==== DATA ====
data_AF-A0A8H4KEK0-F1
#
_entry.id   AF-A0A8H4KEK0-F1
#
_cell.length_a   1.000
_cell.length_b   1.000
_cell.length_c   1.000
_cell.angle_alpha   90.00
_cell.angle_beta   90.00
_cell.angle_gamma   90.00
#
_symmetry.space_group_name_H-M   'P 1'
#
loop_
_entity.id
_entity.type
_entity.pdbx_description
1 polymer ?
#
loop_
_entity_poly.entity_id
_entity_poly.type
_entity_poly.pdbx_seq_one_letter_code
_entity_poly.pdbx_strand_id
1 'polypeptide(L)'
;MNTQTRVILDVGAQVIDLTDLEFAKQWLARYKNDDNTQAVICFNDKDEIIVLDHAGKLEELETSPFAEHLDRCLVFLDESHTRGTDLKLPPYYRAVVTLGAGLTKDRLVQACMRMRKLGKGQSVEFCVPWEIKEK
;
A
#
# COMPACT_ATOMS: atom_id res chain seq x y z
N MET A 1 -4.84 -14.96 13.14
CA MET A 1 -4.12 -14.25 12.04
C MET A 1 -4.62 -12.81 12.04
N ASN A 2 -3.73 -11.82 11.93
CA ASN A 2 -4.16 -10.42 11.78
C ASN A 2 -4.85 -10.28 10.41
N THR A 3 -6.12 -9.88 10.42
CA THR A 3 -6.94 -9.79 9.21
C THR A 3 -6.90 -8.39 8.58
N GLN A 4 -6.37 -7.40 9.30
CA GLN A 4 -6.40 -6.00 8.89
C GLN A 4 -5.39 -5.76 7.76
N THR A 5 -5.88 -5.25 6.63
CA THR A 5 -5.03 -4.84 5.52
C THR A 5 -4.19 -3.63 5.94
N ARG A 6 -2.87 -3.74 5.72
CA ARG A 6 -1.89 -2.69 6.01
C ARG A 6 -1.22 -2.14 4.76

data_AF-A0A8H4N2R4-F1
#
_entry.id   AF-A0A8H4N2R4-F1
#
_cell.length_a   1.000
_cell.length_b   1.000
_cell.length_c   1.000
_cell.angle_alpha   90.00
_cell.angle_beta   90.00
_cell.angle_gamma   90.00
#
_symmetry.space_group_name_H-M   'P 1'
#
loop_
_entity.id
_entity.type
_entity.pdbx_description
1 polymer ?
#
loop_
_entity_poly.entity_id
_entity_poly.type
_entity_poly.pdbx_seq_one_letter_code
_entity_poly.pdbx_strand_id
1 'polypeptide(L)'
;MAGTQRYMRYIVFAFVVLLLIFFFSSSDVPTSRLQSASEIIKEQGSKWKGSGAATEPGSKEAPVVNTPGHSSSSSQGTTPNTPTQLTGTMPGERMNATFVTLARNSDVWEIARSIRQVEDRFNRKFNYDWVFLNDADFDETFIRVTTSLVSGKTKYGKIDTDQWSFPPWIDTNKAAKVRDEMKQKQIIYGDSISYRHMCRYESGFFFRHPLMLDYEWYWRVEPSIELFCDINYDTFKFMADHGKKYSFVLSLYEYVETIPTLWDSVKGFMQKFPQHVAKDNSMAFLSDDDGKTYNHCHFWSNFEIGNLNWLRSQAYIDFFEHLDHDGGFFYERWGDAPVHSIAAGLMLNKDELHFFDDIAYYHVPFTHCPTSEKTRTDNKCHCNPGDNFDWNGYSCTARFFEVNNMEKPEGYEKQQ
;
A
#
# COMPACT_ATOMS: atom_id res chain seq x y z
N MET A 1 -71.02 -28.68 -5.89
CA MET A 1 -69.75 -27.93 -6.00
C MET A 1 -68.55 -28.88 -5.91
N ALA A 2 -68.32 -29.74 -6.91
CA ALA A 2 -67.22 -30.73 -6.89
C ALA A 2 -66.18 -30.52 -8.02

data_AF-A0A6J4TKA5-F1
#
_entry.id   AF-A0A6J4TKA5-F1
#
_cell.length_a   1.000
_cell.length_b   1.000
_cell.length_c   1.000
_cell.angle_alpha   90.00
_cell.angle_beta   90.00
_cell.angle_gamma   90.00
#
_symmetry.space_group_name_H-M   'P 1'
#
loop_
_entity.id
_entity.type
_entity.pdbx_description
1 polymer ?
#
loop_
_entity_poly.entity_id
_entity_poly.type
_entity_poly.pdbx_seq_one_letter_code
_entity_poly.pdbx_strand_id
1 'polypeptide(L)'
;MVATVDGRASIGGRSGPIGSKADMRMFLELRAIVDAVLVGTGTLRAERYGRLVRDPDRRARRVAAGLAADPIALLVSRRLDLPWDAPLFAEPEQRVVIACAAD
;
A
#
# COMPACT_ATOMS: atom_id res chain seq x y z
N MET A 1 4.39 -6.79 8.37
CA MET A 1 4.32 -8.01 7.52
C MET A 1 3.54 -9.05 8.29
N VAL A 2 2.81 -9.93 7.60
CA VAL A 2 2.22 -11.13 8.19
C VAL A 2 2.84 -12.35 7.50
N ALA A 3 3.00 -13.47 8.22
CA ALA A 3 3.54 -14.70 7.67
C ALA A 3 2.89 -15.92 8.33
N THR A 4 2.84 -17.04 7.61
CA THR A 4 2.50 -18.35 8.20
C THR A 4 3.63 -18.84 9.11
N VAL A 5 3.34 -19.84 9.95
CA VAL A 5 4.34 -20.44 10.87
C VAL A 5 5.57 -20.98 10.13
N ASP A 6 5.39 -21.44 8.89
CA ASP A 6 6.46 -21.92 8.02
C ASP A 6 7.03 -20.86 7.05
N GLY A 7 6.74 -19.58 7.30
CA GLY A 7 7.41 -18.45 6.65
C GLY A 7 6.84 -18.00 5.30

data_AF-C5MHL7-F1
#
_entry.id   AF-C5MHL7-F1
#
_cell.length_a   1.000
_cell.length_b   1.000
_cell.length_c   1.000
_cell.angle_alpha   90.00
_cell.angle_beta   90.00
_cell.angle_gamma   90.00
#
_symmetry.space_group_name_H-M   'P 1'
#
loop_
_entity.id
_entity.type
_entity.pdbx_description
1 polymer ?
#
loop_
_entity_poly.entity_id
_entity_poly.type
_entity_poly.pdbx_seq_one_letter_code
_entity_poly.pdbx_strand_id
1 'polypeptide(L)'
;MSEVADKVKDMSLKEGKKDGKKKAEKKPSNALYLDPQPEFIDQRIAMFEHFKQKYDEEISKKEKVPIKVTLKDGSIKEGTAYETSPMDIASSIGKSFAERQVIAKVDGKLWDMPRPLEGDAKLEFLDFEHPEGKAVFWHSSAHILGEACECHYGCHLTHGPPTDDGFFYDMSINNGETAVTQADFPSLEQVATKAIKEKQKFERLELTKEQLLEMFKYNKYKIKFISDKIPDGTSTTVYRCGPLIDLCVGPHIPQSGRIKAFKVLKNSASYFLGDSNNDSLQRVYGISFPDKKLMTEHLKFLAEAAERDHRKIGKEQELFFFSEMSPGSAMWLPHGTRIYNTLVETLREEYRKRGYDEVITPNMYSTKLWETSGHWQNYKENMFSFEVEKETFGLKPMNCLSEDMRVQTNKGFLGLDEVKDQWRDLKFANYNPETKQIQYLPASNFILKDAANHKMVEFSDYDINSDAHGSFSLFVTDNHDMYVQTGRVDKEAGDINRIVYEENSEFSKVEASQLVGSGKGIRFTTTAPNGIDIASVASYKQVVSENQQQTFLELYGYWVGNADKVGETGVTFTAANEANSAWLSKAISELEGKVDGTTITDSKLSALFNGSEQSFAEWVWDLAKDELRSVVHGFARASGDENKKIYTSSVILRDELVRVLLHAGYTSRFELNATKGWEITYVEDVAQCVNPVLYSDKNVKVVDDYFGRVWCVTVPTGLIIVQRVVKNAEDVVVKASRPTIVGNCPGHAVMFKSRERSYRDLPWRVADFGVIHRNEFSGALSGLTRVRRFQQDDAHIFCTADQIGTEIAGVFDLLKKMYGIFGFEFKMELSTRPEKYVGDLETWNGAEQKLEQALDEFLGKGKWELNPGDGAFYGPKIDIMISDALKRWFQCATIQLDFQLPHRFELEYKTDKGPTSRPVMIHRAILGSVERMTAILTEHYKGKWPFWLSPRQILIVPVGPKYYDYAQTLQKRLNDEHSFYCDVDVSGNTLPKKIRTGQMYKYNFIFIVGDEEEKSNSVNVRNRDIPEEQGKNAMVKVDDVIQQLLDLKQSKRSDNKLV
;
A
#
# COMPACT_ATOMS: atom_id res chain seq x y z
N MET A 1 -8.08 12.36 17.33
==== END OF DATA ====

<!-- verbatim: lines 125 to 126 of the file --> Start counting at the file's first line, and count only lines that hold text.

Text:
CA THR A 4 2.50 -18.35 8.20
C THR A 4 3.63 -18.84 9.11